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Title: The impact of hydraulic processes in Olduvai Beds I and II, Tanzania, through a particle dimension analysis of stone tool assemblages
Authors: Torre, Ignacio de la
Benito-Calvo, Alfonso
Proffitt, Tomos
Keywords: Artifact size and shape analysis;Olduvai Gorge;Site formation processes;Stone tool assemblages;Water disturbance
Issue Date: Jun-2017
Publisher: Wiley
Citation: Geoarchaeology, 2017, 33 (2), 218-236
Abstract: The effect of post-depositional processes on the formation of Plio-Pleistocene sites at Olduvai Gorge is the subject of considerable debate, due mainly to its implications for the behavioral interpretation of the Beds I and II assemblages. In light of this debate, here we contribute to the discussion that investigates the role of water flow in site formation at Olduvai. This is achieved by assessing the artifact size and shape ranges of lithic assemblages excavated by Mary Leakey from both Oldowan (FLK North Levels 3 and 1, FLK Zinj, FLK North Levels 6-1, Sandy Conglomerate and Deinotherium, HWKE Level 1) and early Acheulean (TK Lower and Upper Floor) sites. We apply grain size and shape statistical techniques to these stone tool assemblages in order to classify sites according to patterns in artifact dimensions. These patterns are then compared to those produced during experimental flaking, thus providing a referential framework against which the archaeological assemblages can be interpreted. Artifact size distribution results show pronounced differences between the archaeological and experimental assemblages. Most of the archaeological assemblages are characterized by a bimodal size trend that is opposed to the dominantly unimodal distribution seen in the flaking experiments. The few archaeological assemblages where the distribution is predominantly unimodal (TF Lower Floor, TK Upper Floor and FLK Zinj) also show a significant underrepresentation of smaller artifacts, when compared to the experimental distributions. Overall, the comparison of archaeological materials with experimental results enables a more accurate assessment of the impact of natural processes over the Bed I and II assemblages, and further, it helps to refine our understanding of taphonomic and behavioral contexts for the Oldowan and early Acheulean sites at Olduvai Gorge.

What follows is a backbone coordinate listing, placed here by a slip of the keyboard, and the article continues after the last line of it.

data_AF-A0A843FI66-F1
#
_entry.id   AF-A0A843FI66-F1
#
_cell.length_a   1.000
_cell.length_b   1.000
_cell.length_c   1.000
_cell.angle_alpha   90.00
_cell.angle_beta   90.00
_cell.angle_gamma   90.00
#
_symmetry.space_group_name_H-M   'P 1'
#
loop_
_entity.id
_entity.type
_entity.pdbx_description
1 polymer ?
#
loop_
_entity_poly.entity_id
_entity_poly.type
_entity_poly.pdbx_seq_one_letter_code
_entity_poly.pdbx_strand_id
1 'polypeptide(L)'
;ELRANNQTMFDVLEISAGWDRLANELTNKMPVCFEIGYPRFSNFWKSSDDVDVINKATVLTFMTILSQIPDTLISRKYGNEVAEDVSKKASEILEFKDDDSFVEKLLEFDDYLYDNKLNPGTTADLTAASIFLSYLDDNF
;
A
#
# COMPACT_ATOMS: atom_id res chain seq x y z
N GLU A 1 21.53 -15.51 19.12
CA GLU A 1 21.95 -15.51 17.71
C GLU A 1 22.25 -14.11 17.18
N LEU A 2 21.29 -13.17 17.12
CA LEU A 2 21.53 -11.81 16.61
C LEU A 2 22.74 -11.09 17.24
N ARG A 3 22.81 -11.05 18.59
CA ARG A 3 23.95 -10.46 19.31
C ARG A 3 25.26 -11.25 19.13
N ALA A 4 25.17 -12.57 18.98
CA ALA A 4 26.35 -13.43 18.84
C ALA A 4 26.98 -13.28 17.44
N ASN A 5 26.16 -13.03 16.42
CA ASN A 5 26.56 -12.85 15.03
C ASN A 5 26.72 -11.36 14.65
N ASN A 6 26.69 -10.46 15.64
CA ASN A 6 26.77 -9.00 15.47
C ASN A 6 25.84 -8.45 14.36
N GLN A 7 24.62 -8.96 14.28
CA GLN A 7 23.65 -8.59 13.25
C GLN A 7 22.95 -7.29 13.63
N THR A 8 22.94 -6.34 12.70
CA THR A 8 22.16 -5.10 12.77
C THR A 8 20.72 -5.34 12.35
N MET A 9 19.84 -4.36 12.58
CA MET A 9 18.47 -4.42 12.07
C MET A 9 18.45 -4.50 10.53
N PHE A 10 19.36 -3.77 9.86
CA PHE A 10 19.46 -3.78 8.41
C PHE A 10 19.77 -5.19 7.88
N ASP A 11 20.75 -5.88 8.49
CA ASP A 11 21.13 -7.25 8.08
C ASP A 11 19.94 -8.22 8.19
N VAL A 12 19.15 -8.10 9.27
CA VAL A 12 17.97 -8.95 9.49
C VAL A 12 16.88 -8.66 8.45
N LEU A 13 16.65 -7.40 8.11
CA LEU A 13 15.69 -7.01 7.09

DOI: 10.1002/gea.21629
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Type: Article
Appears in Collections:Geocronología y Geología

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